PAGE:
Whether you term it a great resignation, or as I prefer, a great reshuffle – people are reconsidering the role of work within their lives. And the prize seems to be increased autonomy rather than simply increased pay.

The emerging data highlights distinct generational differences – but shows a trend of people moving away from restrictive roles towards those which offer a better work life balance.

The shockwaves for employers have only just begun to be felt. As lockdowns are lifted and work from home mandates ebb and flow employers have found that their previously compliant servants has discovered how and when they want to work, rather than wait for some top down ’employee offer’.

Employers may claim to have a distinct culture and purpose, but the behaviour of many of our institutions during the pandemic has left many doubting their authenticity.

People only truly believe that a company has a purpose and clear values when they see them sacrificing short-term profitability for the sake of adhering to those values. Has that happened?

Employee burnout has doubled since lockdown ended, according to Glassdoor, whose survey showed that flexible working was only one part of the jigsaw, with better performing organisations also having flatter structures.

Companies congratulating themselves on their newly found hybrid work approach should pause to reflect. What a lot of people are now experiencing is the worst of both worlds.

As Emma Goldberg writes, this sudden mash-up of remote and in-person work “has resulted in a mushy middle ground: video calls where remote workers have trouble hearing, a sense that people at home are missing out on perks (teammates), while those in the office are, too (pajamas). And the stakes aren’t just who is getting talked over in meetings. It’s whether flexibility is sustainable, even with all the benefits it confers.”

My most absurd experience , in a year of absurd experiences, was literally carrying a remote colleague around during an in-person workshop. Holding their dimly lit face on a laptop and positioning them so they could see some post-it notes on a whiteboard. My battery power died and I forgot all about them until they text me to ask if the session had finished.

Hybrid takes effort. Token attempts at employee engagement just don’t work (btw is there anything in the recent history of mankind that is more soul crushing than a festive Zoom quiz?). Companies that have crafted very strong, definable cultures have tended to be fully in-person or fully remote, not mixed.

Equally remote work isn’t equal for everyone. A study from Qualtrics, found that 34% of men with children had received promotions while working remotely, compared to just 9% of women with children. There are similar disparities for ethnic minorities.

Our offices, those that are still there, look increasingly adrift and desperate. Stowe Boyd , as ever, has a good take on this: “One of the potentially smart things companies might try to entice workers back: converting open office space — which almost everyone hates — to private offices with doors. Those who share a home with family or flatmates might find respite in a quiet place to work heads down, in peace.” He goes on to make another great point: “Taken to the most extreme: what if some of the unused office space was turned into something like Airbnb rooms, so those who have moved outside of easy commuting range might come into the office for a two- or three-day onsite, working and not-working in the office. This could be coordinated with team members for once a month intense working sessions, too.”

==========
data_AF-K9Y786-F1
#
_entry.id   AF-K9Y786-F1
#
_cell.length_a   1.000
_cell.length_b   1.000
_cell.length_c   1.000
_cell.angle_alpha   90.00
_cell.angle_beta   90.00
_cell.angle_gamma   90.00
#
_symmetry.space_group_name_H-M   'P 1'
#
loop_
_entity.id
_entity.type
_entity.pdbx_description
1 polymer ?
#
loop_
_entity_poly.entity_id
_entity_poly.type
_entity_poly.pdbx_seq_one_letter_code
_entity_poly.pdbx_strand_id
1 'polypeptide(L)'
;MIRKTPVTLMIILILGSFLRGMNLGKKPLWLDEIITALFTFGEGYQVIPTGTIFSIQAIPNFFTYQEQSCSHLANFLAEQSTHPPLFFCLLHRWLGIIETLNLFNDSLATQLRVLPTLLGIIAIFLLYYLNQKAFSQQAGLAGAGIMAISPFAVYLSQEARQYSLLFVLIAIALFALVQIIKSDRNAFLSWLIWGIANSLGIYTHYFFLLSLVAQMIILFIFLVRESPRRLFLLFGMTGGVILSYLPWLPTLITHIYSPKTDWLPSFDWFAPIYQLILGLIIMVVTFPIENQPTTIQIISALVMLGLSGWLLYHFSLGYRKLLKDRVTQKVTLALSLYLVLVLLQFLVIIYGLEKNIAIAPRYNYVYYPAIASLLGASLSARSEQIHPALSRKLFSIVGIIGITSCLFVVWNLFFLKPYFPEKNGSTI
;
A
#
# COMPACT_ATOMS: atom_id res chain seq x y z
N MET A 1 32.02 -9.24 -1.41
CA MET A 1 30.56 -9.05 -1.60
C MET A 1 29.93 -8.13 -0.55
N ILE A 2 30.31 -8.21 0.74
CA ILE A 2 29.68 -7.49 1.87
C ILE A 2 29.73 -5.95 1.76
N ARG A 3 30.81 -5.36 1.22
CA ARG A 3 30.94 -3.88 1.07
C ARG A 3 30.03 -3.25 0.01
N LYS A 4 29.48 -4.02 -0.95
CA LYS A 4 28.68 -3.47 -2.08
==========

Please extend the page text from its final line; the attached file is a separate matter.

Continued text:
To get hybrid work to work it will take creative thinking like this, breaking the fourth wall between Microsoft Teams and real life. It means really getting to know individuals and understanding productivity at a very human level, listening to people as individuals with unique and frequently messy lives – rather than as efficient worker drones. It means letting our people become the designers of their own unique workdays, and giving them the right tools and permissions.

Or maybe we just need less work. Signalling that people will sacrifice some pay for a better life Spanish high-end apparel brand Desigual introduced a four-day work week at its headquarters in Barcelona last month, raising expectations in the business and political arena in Europe, where some other pilot trials have been launched.

No employee works on Friday and they can choose to work remotely any of the four working days. The company has subsidized half the cost of the 13% reduction in working hours, with employees overwhelmingly agreeing to a 6.5% paycut.

Four days a week, no meetings, you choose the hours and work where you want. Is this the future of work or just the late 2021 expectations of the many?

When people have a 60-Year career you need to design something that’s sustainable for the long term not built on burning people out by the time they hit 50. Indeed -“If a 60-year career sounds like a nightmare, perhaps that’s because we’re imagining 60 years of work as it is for many people today: inflexible, all-consuming, poorly matched to the rhythms of life.”

There could be a silver lining to all of this where people re-engage with their own work on their own terms , but this is going to require huge flexibility from employers. Most will find this a challenge, and I expect to see further pandemic workplace aftershocks between now and 2025

Let’s remember that for almost all companies hybrid work is an experiment, and most experiments fail. The best experiments are small and build upon previous evidence.

When nothing is certain in the short-term never mind the long; a good approach to take colleagues with you is to “test and learn” rather than “show and tell”.


Photo by Elisa Ventur on Unsplash